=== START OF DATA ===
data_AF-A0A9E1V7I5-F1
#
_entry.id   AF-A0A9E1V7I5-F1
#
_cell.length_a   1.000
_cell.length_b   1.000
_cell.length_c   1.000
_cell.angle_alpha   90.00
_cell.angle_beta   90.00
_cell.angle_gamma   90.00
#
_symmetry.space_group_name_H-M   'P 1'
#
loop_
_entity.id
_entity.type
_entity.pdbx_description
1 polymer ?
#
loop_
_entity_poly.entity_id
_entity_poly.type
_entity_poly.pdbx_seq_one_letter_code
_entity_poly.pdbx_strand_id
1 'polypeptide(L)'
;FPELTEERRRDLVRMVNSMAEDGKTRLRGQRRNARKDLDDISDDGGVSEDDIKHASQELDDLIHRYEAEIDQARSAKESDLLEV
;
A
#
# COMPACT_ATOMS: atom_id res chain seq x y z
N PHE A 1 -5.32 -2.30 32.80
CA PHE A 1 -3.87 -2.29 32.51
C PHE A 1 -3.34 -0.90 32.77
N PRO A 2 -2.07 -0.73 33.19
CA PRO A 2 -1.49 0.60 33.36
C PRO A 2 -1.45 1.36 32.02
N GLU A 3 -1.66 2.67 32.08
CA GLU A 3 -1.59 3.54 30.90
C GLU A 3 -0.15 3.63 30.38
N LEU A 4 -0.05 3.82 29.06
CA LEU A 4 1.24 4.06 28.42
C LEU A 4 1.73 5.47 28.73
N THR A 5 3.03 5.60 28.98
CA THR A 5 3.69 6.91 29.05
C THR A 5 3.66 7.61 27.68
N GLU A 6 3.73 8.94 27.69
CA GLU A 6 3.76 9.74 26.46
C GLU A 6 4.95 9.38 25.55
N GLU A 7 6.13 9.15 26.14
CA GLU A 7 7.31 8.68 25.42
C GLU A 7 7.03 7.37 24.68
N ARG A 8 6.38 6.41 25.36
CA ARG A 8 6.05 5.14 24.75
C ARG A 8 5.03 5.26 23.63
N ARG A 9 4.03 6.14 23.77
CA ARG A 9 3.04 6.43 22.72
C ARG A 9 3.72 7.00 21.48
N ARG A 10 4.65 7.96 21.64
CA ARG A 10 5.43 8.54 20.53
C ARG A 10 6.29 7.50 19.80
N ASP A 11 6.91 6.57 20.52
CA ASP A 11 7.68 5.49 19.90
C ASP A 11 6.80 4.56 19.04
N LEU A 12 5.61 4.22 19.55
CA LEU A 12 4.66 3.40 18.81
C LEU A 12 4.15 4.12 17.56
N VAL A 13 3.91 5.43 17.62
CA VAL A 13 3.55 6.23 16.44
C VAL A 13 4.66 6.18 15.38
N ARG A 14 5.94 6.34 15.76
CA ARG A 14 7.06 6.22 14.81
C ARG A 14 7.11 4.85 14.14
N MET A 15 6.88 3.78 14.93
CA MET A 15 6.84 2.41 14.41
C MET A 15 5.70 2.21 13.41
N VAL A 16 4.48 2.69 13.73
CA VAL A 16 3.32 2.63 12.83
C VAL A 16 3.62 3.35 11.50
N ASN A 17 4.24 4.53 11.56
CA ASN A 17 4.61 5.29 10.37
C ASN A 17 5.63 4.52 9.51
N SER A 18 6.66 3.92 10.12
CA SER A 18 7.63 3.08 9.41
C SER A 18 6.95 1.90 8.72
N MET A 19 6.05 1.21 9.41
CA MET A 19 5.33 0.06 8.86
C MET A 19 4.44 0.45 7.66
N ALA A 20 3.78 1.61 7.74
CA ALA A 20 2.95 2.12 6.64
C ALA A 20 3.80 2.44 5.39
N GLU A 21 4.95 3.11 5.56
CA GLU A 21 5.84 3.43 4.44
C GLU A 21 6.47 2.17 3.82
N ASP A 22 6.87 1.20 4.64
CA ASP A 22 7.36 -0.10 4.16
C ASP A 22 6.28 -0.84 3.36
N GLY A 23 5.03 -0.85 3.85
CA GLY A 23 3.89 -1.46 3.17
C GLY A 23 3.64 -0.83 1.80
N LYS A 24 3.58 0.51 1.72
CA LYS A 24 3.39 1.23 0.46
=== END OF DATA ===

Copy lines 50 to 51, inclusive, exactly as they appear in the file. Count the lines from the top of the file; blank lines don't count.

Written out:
CA GLU A 7 7.31 8.68 25.42
C GLU A 7 7.03 7.37 24.68